Tūranga

From Wikipedia, the free encyclopedia
Jump to navigation Jump to search

Tūranga
Tūranga 983.jpg
Tūranga in November 2018
General information
TypeLibrary
LocationChristchurch Central City
AddressCorner of Gloucester Street, Colombo Street, and Cathedral Square, Christchurch, New Zealand
Coordinates43°31′48″S 172°38′13″E / 43.5299°S 172.6369°E / -43.5299; 172.6369Coordinates: 43°31′48″S 172°38′13″E / 43.5299°S 172.6369°E / -43.5299; 172.6369
Construction started22 February 2016 (Groundworks)
Opened12 October 2018
CostNZ$102.61m
OwnerChristchurch City Council
Technical details
Floor countFive storeys
Design and construction
ArchitectArchitectus, Schmidt Hammer Lassen
Structural engineerLewisBradford Consulting Engineers
Main contractorSouthbase Construction

Tūranga is the main public library in Christchurch, New Zealand. It opened in October 2018 and replaced the nearby Christchurch Central Library that was closed on the day of the 2011 Christchurch earthquake.

Location and prior buildings[edit]

Tūranga is located in the north-eastern quadrant of Cathedral Square and fronts Gloucester and Colombo Streets. The original wooden building on the site was demolished in 1885; the then-owner Fred Hobbs replaced it with a substantial building of permanent materials that became known as Cathedral Chambers. The location had earlier become known as Hobbs' corner after its prominent owner who had painted his name on the wooden building. Cathedral Chambers was replaced with the Colonial Mutual Limited (or CML) building in 1975, so named after its main tenant.[1] This office building was later converted to a hotel and was last known as the Camelot Hotel.

History[edit]

The previous library closed with the 2011 Christchurch earthquake as the Christchurch Central City was cordoned off. The 2012 Christchurch Central Recovery Plan, commonly referred to as the Blueprint, identified 17 anchor project, including a new central library.[2] Through the Blueprint, the responsibility for delivering the building was assigned to Christchurch City Council. Partners for the delivery were Ngāi Tahu and the Canterbury Earthquake Recovery Authority (CERA).[3] The indicative project delivery schedule in the Blueprint, developed on behalf of CERA, showed a proposed opening of the new library during the third quarter of 2015.[4] In a publication titled Anchor Projects Overview updated in June 2014, the opening date was shown as January 2017.[5] In a pamphlet published by CERA in November 2014, the anticipated opening date was shown for the third quarter of 2017.[6]

On 26 March 2015, plans for a new $85 million dollar library were unveiled to city councillors. The new library, named Tūranga (from the Māori language), is one-third larger than the previous library, the largest library in the South Island and the third-largest in New Zealand, behind Auckland and Wellington's central libraries. [7] The replacement library was designed by both Architectus, a New Zealand architecture firm, and Schmidt Hammer Lassen, an award-winning Danish architecture firm. The building's design is inspired by the golden hues reflected upon the Port Hills, which are an important part in Christchurch's cityscape.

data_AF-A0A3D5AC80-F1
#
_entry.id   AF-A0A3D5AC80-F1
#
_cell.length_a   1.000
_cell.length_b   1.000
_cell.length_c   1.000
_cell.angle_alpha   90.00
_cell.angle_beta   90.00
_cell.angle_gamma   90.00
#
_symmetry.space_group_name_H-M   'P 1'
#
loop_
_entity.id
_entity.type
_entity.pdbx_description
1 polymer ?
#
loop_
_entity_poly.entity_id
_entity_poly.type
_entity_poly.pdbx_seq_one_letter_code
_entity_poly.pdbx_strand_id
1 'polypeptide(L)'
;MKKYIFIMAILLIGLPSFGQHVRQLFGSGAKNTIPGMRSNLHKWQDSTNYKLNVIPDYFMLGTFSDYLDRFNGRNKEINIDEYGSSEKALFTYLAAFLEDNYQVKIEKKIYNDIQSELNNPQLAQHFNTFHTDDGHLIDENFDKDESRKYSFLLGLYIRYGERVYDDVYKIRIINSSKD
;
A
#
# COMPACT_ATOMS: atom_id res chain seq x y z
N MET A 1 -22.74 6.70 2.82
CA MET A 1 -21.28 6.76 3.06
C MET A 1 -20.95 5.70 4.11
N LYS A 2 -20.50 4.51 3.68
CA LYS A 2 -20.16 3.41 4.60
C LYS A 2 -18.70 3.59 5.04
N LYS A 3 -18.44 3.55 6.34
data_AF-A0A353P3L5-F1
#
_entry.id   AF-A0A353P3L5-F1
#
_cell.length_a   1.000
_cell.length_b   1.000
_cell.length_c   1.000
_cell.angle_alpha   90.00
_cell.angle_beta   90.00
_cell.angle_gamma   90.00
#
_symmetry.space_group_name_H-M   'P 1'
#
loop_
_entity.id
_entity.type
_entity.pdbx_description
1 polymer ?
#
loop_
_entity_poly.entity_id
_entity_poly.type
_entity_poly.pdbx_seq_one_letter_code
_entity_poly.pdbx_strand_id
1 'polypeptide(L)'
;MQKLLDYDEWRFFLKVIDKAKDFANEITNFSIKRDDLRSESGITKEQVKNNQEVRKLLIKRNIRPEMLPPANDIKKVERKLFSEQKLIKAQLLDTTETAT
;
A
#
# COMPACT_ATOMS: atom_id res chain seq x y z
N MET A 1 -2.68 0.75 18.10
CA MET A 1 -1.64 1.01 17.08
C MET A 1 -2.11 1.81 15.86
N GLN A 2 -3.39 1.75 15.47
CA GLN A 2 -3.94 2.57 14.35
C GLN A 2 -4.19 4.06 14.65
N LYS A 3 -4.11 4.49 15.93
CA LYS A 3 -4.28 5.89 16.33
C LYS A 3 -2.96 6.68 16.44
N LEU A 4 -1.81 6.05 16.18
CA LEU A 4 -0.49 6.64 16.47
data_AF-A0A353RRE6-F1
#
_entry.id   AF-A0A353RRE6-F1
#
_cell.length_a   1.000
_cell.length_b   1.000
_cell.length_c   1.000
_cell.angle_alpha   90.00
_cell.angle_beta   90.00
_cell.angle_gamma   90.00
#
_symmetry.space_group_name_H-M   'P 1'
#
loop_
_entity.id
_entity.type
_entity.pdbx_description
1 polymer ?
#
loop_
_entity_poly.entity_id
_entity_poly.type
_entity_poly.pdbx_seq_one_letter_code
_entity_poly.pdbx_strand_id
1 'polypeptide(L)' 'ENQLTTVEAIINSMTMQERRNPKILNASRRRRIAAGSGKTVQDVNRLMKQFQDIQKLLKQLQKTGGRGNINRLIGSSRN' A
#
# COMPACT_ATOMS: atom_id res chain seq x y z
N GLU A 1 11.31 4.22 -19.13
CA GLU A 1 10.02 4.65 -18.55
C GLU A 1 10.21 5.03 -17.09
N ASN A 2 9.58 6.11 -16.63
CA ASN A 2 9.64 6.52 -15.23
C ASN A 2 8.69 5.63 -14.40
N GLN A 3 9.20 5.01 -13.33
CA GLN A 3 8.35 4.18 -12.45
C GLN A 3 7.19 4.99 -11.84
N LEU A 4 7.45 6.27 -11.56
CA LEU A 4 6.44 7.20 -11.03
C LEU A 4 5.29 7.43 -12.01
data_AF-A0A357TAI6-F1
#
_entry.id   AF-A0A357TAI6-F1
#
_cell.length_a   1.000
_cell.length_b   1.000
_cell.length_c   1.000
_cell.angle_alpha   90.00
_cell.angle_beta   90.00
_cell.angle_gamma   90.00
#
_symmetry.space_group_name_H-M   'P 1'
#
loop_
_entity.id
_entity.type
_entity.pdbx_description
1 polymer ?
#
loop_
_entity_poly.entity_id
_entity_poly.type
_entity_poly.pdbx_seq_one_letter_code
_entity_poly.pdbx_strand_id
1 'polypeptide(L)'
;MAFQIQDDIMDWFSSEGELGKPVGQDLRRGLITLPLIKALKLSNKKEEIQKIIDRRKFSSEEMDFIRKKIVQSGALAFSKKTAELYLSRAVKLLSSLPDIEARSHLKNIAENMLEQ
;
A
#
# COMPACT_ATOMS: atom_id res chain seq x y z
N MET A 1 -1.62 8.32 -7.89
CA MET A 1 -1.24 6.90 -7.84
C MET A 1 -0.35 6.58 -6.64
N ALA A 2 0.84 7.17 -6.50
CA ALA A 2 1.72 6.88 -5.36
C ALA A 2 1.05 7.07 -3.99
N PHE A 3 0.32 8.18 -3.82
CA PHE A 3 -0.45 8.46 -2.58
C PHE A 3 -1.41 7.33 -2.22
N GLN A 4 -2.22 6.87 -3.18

Soon after construction started on the new library, the Christchurch City Council increased their contribution to the library from $60 million to $95 million.[8] This controversial cost increase was due to multiple factors, such as acquiring land and inflation.[9]

The library was opened to the public on 12 October 2018, with over 13,000 people visiting on its opening weekend.[10]

Naming[edit]

The library's name was offered by Te Ngāi Tūāhuriri rūnanga. It makes reference to Whitireia, the Māori name for Cathedral Square. Paikea was an ancestor of Ngāi Tahu and Whitireia was the name of his house located in Tūranga, the original name for Gisborne in the North Island. The name thus values the location where Paikea's house was located. Christchurch city councillors approved the name in September 2017. There was an initial intention to give the library an English descriptor of "A Place of Discovery" but this idea was dropped and there is no English word for Christchurch's central library.[11][12]

Notes[edit]

  1. ^ NZ Federation of University Women 1995, pp. 25–28.
  2. ^ Harvie, Will (13 August 2017). "Five years on, architects of Christchurch rebuild blueprint stand by their plan". The Press. Retrieved 18 February 2019.
  3. ^ CERA 2012, pp. 79f.
  4. ^ CERA 2012, p. 46.
  5. ^ CERA 2014a, pp. 34f.
  6. ^ CERA 2014b.
  7. ^ Cairns, Lois (26 March 2015). "Christchurch's new $85m library unveiled". The Press. Retrieved 27 March 2018.
  8. ^ Gates, Charlie (15 January 2017). "Council increases contribution for new Christchurch library". The Press. Retrieved 27 March 2018.
  9. ^ Gates, Charlie (15 January 2017). "Council increases contribution for new Christchurch library". The Press. Retrieved 19 February 2019.
  10. ^ Law, Tina (14 October 2018). "Thousands visit Christchurch's new $92m central library". The Press. Retrieved 14 October 2018.
  11. ^ Reed 2010, p. 138.
  12. ^ Small, Jamie (28 September 2017). "Christchurch's central library gets a name: Tūranga". The Press. Retrieved 19 February 2019.

References[edit]

External links[edit]